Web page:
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I am new to the OOP world I have been reading as much as I can about it and have never been more confused. I understand that its great for organizing code and making it more maintainable, etc. I have written some OOP code but I am unsure if its proper, it works fine though.

I am confused about public private functions along with extends and constructors. I haven't used them yet in my code and do not see where I would use them in a real life example. The more I read and try to understand it the more confused I get. I have included my code and was wondering if someone could point out mistakes, improvements, proper usage, organization. I feel it would help me better understand if someone with a lot of experience was to look at my code and give me pointers.

class userFunctions {

  const SALT_LENGTH = 9;

  //Retrieves encrypted password from database returns in variable $salt
  public function retrievePassword($conn,$username) {
    try{
      $stmt = $conn->prepare('SELECT `password` FROM `users` WHERE `userName`= :userName');
      $stmt->bindValue(':userName', $username);
      $stmt->execute();
      $salt = $stmt->fetchColumn();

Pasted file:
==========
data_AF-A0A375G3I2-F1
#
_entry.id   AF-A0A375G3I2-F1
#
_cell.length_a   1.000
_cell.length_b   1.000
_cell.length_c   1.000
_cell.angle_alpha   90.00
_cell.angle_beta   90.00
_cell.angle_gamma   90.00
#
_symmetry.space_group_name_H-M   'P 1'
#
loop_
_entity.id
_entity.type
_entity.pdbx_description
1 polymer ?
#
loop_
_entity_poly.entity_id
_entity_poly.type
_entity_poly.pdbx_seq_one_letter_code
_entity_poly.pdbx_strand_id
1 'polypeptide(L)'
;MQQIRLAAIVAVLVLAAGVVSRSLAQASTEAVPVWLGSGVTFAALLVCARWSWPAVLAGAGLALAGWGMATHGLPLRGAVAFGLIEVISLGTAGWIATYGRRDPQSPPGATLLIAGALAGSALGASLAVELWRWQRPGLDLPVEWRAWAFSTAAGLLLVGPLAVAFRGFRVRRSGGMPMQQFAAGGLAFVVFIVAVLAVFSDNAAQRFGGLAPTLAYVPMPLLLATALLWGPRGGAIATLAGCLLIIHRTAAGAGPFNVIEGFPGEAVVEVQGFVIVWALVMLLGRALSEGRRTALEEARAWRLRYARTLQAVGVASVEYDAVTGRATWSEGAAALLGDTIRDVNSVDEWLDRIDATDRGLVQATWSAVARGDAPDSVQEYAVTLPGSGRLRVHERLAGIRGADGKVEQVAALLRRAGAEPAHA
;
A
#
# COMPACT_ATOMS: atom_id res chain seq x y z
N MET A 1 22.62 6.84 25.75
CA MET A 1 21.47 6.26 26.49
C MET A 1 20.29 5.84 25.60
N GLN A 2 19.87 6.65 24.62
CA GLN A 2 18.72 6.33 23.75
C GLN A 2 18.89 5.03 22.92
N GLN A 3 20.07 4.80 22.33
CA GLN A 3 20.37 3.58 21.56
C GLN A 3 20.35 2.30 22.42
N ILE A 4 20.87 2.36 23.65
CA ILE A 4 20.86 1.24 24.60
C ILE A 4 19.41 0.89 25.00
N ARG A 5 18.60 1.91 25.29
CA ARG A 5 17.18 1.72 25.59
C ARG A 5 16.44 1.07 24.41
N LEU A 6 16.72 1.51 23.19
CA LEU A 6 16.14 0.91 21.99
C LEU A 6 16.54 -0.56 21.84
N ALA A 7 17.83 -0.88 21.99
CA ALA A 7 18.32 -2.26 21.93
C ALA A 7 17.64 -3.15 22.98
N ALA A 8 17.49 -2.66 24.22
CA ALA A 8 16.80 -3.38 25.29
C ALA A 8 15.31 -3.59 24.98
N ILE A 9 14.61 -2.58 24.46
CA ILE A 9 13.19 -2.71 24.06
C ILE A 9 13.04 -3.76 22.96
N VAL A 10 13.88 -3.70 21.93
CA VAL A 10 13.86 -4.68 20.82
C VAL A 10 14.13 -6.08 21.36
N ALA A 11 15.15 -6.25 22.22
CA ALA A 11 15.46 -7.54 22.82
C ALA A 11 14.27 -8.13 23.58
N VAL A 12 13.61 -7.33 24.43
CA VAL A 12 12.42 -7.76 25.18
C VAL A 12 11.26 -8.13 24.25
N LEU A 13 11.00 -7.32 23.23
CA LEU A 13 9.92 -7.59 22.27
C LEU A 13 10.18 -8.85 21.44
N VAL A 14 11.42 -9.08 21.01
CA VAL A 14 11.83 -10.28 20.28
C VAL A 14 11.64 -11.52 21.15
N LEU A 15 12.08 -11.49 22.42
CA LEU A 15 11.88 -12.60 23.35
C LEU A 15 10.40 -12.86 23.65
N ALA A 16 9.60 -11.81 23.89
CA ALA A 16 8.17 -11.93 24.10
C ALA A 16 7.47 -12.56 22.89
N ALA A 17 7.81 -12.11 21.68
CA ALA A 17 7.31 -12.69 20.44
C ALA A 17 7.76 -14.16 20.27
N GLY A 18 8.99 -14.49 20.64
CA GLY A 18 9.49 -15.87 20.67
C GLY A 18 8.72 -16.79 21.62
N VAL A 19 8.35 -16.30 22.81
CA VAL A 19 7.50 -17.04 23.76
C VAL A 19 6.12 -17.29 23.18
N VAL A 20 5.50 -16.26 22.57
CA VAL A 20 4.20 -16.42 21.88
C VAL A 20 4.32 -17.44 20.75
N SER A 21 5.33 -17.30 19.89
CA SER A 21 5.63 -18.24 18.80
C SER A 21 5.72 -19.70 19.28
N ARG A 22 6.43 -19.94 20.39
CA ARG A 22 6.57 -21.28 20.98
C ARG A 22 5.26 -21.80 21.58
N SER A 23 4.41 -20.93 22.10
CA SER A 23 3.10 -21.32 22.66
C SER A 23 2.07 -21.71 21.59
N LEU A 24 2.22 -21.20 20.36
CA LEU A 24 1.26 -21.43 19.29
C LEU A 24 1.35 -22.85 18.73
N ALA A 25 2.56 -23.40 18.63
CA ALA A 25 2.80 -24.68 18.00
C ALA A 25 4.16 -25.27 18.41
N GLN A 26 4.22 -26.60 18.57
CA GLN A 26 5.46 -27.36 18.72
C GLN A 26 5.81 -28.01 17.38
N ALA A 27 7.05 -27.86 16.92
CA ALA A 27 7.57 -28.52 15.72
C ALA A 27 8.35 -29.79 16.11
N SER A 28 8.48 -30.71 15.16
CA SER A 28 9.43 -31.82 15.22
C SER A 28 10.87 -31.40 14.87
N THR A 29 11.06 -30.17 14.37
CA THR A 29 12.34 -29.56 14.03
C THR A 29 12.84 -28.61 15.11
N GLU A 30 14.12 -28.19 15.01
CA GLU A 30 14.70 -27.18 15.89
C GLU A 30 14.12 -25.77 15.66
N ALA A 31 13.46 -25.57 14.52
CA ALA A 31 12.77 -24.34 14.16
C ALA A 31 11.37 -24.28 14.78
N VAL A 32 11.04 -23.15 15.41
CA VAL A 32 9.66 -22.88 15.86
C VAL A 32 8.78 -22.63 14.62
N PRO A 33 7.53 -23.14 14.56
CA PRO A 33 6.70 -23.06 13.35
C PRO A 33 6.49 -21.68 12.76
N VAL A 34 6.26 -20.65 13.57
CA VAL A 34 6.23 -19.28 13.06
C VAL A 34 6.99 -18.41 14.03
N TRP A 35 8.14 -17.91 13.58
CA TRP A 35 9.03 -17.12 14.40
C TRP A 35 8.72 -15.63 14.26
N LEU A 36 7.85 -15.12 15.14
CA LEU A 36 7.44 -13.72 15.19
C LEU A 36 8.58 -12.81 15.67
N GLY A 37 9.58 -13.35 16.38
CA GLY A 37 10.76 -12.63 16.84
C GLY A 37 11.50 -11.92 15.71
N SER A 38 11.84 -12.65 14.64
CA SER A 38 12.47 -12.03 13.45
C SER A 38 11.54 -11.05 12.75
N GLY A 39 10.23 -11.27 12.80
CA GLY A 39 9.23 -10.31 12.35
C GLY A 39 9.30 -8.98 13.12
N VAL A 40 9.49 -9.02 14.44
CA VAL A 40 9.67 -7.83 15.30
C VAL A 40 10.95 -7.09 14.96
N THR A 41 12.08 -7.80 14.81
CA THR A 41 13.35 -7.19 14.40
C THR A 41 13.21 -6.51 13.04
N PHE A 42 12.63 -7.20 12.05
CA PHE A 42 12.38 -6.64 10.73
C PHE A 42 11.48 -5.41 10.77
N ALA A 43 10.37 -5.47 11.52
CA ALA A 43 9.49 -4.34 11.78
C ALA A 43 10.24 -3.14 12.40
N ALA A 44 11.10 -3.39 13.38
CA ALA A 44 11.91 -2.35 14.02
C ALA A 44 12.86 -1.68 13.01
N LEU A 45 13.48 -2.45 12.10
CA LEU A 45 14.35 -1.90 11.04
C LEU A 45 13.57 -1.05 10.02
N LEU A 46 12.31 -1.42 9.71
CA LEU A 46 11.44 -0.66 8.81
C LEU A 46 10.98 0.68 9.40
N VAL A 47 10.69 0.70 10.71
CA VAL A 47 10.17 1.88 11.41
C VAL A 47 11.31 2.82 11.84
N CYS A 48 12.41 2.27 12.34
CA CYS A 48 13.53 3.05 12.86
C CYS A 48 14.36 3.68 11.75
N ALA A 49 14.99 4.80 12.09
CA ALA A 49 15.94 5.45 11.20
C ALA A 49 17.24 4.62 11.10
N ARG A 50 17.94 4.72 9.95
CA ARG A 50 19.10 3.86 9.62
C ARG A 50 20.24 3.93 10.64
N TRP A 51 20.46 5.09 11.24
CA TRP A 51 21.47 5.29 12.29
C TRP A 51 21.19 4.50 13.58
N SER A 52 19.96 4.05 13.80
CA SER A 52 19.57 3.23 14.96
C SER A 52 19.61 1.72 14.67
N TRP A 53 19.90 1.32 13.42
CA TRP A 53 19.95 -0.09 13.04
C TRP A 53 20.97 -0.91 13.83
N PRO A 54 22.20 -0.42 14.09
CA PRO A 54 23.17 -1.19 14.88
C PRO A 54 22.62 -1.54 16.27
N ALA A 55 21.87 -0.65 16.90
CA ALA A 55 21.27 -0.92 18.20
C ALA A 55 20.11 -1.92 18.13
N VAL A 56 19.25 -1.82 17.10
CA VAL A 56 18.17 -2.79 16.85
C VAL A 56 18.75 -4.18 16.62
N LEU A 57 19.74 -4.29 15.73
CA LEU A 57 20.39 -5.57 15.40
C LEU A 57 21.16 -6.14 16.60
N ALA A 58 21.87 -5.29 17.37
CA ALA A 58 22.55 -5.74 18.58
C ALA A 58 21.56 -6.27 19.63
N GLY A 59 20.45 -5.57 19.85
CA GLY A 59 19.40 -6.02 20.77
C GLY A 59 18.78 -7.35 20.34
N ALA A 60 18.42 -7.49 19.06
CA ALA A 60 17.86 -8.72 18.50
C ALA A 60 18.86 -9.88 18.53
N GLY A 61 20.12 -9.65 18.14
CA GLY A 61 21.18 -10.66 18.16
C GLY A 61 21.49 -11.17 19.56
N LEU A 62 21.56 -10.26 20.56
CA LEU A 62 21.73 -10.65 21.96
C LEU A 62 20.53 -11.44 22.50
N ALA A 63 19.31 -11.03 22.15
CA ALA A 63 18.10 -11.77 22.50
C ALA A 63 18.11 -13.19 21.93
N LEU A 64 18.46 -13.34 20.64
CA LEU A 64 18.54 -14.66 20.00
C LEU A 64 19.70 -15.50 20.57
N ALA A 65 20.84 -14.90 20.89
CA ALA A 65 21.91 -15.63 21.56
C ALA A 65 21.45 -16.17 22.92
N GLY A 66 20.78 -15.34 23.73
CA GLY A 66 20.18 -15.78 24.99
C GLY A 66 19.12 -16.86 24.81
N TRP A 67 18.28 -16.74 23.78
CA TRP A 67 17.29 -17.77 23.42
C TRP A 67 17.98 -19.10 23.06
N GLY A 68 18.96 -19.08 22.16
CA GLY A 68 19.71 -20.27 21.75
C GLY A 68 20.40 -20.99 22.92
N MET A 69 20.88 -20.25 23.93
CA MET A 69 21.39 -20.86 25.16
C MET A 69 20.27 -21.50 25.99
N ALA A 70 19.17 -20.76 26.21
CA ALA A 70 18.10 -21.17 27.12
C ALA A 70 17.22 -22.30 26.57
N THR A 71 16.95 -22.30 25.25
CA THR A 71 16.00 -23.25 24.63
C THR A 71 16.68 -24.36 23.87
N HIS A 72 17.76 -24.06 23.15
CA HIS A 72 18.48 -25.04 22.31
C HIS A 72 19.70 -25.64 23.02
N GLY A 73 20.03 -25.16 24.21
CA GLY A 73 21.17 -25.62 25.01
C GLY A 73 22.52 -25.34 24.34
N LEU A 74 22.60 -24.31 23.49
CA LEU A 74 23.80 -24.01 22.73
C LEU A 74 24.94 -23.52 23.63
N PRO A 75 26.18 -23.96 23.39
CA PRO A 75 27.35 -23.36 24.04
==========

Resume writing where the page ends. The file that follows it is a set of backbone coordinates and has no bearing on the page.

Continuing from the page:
} catch (PDOException $e){
            echo 'Connection failed: ' . $e->getMessage();
        }
            return $salt;
    }

  //Generate an encrypted password method
  public function generateHash($password, $salt = null) {
    if ($salt === null) {
      $salt = substr(md5(uniqid(rand(), true)), 0, self::SALT_LENGTH);
    } else {
      $salt = substr($salt, 0, SALT_LENGTH);
    }
    return $salt . sha1($salt . $password);
 }

//Check database for duplicate username
  public function userCheck($conn,$userName) {
    try{
      $stmt = $conn->prepare('SELECT COUNT(*) FROM `users` WHERE `userName` LIKE CONCAT("%",:userName)');
      $stmt->bindValue(':userName', $userName);
      $stmt->execute();
      $count = $stmt->fetchColumn();
      return $count;
    } catch (PDOException $e){
      echo 'Connection failed: ' . $e->getMessage();  
    }
  }

  //Add user to database